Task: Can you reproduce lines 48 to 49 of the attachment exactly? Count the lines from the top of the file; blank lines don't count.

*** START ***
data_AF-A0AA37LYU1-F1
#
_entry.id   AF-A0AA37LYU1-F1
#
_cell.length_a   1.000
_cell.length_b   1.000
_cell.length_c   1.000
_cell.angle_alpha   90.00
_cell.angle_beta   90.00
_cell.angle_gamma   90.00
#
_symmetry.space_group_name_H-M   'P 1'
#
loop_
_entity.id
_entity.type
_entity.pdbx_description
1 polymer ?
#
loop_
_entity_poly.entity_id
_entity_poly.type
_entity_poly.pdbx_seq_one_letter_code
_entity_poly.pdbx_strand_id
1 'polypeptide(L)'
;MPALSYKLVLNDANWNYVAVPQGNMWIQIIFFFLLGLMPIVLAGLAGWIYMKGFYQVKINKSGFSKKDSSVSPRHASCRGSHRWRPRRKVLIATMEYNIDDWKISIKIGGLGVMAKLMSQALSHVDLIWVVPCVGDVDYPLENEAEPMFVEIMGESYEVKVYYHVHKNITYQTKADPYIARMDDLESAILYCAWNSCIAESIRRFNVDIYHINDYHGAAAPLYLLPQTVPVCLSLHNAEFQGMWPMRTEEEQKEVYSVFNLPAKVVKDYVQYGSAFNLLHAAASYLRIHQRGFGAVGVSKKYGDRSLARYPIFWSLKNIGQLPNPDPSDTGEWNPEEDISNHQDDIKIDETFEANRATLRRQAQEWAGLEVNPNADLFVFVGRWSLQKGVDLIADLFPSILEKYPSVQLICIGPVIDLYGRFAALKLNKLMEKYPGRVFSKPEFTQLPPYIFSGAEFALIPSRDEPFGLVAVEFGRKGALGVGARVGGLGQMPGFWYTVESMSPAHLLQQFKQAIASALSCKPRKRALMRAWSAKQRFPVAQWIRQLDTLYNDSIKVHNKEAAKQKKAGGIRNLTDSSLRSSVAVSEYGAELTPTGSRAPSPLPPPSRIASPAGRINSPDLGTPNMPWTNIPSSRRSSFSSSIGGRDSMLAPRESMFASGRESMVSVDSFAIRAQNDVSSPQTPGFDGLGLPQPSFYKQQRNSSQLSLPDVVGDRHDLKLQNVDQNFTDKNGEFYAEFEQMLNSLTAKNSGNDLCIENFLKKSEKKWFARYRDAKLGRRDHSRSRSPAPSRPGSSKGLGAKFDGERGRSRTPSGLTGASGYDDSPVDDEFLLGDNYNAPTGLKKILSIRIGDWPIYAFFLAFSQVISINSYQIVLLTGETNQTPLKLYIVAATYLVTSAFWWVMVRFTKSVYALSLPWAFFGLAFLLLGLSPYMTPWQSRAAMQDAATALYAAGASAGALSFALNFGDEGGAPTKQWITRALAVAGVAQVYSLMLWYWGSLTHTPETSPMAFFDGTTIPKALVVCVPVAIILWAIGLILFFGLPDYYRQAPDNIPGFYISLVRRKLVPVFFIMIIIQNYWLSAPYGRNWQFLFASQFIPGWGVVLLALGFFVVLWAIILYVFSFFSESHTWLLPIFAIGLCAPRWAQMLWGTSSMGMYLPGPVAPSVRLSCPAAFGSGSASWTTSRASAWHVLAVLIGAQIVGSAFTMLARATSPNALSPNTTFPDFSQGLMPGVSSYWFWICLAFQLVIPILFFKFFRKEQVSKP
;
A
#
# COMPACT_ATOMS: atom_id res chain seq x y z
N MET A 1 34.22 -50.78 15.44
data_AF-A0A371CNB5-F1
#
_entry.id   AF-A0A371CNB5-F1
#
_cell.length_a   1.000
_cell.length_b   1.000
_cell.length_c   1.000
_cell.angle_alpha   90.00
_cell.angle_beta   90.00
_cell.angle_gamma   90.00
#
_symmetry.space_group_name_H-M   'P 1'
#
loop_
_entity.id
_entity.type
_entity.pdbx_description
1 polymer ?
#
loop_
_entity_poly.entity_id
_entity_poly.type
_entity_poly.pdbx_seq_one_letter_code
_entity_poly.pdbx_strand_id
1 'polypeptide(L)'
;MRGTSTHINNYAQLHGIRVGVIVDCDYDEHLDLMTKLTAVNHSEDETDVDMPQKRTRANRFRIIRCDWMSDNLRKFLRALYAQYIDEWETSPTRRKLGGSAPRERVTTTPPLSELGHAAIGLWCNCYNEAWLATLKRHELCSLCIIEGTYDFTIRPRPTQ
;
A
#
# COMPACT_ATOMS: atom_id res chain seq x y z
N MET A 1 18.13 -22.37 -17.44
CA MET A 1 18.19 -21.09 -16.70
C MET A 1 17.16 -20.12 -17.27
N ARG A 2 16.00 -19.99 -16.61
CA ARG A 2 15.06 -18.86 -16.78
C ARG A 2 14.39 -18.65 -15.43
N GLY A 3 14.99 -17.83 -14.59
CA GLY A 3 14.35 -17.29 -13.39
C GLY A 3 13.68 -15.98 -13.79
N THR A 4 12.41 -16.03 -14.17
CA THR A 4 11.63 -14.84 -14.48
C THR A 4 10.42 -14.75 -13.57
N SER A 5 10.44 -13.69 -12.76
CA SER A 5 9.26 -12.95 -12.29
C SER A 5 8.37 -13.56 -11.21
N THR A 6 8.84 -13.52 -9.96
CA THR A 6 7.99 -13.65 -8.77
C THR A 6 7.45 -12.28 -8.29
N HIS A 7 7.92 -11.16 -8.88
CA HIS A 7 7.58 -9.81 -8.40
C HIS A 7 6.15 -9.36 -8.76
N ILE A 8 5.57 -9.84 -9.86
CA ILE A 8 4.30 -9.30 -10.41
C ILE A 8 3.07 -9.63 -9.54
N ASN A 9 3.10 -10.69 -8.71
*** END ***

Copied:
_entity.pdbx_description
1 polymer ?